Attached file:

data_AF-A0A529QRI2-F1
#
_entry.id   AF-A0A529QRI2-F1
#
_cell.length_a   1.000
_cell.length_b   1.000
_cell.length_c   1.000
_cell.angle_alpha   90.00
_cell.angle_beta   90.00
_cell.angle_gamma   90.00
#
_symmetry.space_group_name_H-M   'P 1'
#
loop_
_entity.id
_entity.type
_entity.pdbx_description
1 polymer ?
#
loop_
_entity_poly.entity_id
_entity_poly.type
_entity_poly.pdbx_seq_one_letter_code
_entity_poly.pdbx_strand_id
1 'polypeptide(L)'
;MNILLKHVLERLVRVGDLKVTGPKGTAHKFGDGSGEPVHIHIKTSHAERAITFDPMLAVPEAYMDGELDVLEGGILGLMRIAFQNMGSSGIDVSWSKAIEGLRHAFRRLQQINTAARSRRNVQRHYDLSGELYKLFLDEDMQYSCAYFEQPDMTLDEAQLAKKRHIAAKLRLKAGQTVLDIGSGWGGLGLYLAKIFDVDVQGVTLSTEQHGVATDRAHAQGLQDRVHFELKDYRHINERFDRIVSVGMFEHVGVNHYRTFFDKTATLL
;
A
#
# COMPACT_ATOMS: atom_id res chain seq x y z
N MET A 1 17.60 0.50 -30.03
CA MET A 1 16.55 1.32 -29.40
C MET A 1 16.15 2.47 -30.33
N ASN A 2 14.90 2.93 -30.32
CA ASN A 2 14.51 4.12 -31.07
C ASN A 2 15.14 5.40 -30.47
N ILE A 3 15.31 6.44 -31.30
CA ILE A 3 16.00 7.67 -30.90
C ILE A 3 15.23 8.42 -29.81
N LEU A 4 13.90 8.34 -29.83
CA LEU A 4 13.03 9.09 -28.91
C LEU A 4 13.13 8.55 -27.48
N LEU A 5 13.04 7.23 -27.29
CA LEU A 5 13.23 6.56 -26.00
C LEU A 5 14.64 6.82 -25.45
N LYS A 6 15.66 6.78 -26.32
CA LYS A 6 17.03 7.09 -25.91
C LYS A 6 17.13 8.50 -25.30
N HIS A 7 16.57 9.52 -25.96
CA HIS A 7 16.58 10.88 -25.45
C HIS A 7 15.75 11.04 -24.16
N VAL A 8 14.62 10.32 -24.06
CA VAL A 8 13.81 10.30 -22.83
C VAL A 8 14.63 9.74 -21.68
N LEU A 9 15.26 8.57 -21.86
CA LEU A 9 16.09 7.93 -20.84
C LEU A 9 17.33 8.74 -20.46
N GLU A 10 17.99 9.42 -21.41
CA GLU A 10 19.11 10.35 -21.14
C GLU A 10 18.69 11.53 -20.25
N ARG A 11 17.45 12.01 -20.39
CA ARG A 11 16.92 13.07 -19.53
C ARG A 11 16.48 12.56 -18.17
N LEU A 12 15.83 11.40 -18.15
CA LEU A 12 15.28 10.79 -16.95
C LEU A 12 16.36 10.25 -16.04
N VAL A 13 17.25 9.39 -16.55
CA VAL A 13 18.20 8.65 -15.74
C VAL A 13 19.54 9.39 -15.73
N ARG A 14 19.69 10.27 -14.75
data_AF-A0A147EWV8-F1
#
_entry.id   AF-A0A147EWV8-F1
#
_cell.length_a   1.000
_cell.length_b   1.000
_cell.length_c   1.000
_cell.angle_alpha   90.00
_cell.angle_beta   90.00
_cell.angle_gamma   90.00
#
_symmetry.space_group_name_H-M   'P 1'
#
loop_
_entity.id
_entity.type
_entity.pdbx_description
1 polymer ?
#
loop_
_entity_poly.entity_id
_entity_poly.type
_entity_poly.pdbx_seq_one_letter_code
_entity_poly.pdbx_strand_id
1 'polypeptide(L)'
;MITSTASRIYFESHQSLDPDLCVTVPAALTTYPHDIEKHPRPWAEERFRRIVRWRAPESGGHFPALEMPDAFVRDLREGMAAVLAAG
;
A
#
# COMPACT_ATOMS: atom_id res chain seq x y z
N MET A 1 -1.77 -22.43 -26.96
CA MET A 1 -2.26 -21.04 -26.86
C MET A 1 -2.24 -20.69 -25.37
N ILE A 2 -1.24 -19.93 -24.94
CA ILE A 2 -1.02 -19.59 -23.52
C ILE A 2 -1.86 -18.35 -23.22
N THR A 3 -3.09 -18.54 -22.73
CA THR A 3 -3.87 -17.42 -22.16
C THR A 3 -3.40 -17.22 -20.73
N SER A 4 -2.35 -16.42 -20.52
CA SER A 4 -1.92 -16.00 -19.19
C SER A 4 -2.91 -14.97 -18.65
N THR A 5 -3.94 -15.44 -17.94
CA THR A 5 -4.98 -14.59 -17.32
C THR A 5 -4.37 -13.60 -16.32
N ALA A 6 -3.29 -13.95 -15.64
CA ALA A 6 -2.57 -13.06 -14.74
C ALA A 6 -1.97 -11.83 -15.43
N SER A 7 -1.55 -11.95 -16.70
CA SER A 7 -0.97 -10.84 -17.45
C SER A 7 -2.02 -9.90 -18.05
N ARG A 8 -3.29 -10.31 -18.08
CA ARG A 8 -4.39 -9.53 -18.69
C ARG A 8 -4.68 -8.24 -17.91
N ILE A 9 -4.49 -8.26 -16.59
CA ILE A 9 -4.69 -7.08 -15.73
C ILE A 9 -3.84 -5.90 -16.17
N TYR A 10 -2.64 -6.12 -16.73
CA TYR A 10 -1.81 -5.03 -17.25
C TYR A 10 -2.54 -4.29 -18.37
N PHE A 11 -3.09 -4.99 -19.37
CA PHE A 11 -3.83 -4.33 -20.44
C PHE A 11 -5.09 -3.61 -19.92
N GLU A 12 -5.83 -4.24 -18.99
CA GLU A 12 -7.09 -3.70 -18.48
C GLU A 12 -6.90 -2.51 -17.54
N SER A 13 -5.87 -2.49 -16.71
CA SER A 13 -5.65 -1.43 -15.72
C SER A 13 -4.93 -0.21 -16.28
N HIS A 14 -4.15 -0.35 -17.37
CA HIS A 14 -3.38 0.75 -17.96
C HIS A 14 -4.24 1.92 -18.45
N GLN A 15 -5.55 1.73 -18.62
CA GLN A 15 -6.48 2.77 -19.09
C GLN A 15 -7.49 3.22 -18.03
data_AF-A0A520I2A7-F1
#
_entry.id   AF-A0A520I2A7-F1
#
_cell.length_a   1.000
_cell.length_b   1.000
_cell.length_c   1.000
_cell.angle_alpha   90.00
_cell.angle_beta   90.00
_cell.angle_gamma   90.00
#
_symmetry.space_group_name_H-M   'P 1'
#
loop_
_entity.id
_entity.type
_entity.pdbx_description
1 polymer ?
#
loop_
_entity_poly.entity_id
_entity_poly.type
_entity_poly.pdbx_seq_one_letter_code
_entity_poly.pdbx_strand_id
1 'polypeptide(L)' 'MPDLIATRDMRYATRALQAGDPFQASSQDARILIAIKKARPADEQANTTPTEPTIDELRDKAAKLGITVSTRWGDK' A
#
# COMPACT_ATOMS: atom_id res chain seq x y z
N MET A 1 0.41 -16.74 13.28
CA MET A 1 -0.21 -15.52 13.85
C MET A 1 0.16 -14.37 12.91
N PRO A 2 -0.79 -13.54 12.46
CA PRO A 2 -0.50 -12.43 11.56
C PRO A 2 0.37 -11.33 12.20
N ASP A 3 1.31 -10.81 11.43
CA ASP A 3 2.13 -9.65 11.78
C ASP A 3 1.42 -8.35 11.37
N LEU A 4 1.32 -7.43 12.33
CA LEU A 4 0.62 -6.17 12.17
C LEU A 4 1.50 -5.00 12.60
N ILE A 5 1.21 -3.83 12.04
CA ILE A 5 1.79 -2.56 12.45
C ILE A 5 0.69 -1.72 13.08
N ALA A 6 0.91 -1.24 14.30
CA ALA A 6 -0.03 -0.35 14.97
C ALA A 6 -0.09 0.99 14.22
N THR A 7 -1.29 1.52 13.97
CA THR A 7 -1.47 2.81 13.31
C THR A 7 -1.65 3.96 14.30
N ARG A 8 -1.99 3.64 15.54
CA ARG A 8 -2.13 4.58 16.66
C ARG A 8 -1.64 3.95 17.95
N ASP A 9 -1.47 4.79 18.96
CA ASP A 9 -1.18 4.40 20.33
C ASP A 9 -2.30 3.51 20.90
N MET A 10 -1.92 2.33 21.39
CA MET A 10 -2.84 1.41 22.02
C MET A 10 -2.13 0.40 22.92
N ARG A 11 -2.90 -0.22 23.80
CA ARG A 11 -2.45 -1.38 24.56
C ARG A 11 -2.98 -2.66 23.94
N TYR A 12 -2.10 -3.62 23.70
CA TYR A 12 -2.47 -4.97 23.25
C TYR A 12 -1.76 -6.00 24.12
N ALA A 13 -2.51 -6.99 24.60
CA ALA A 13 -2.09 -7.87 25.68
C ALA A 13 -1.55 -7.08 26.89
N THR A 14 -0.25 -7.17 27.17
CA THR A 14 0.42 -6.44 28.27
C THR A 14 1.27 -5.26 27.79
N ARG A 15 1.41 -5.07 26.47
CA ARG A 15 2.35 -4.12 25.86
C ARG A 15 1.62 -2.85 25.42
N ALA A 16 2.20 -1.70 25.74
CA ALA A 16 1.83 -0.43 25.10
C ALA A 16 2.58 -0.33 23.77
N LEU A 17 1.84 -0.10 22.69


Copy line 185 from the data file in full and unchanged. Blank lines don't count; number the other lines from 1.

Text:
N ILE A 5 1.21 -3.83 12.04